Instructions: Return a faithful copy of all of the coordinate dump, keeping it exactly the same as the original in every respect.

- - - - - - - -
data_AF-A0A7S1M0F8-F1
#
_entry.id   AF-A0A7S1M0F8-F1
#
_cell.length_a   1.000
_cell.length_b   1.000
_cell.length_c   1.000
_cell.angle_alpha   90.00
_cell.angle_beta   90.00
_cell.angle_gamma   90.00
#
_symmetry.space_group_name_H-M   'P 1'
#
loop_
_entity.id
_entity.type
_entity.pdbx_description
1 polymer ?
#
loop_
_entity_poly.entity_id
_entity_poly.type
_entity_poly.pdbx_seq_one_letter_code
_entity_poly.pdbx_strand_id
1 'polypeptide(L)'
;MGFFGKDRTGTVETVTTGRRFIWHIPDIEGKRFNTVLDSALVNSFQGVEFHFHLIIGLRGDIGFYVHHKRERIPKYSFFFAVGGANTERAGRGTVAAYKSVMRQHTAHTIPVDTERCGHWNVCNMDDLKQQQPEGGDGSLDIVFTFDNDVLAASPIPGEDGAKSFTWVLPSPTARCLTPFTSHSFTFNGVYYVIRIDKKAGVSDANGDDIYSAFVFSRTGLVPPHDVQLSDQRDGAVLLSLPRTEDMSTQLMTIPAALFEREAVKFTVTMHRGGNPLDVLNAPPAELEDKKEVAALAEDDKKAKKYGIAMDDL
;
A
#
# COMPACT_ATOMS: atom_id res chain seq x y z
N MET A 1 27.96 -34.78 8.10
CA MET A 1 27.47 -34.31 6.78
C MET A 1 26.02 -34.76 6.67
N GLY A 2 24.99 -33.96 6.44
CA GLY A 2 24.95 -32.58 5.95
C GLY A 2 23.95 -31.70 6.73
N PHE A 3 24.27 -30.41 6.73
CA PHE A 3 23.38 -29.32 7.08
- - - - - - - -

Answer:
data_AF-A0A7S1M0F8-F1
#
_entry.id   AF-A0A7S1M0F8-F1
#
_cell.length_a   1.000
_cell.length_b   1.000
_cell.length_c   1.000
_cell.angle_alpha   90.00
_cell.angle_beta   90.00
_cell.angle_gamma   90.00
#
_symmetry.space_group_name_H-M   'P 1'
#
loop_
_entity.id
_entity.type
_entity.pdbx_description
1 polymer ?
#
loop_
_entity_poly.entity_id
_entity_poly.type
_entity_poly.pdbx_seq_one_letter_code
_entity_poly.pdbx_strand_id
1 'polypeptide(L)'
;MGFFGKDRTGTVETVTTGRRFIWHIPDIEGKRFNTVLDSALVNSFQGVEFHFHLIIGLRGDIGFYVHHKRERIPKYSFFFAVGGANTERAGRGTVAAYKSVMRQHTAHTIPVDTERCGHWNVCNMDDLKQQQPEGGDGSLDIVFTFDNDVLAASPIPGEDGAKSFTWVLPSPTARCLTPFTSHSFTFNGVYYVIRIDKKAGVSDANGDDIYSAFVFSRTGLVPPHDVQLSDQRDGAVLLSLPRTEDMSTQLMTIPAALFEREAVKFTVTMHRGGNPLDVLNAPPAELEDKKEVAALAEDDKKAKKYGIAMDDL
;
A
#
# COMPACT_ATOMS: atom_id res chain seq x y z
N MET A 1 27.96 -34.78 8.10
CA MET A 1 27.47 -34.31 6.78
C MET A 1 26.02 -34.76 6.67
N GLY A 2 24.99 -33.96 6.44
CA GLY A 2 24.95 -32.58 5.95
C GLY A 2 23.95 -31.70 6.73
N PHE A 3 24.27 -30.41 6.73
CA PHE A 3 23.38 -29.32 7.08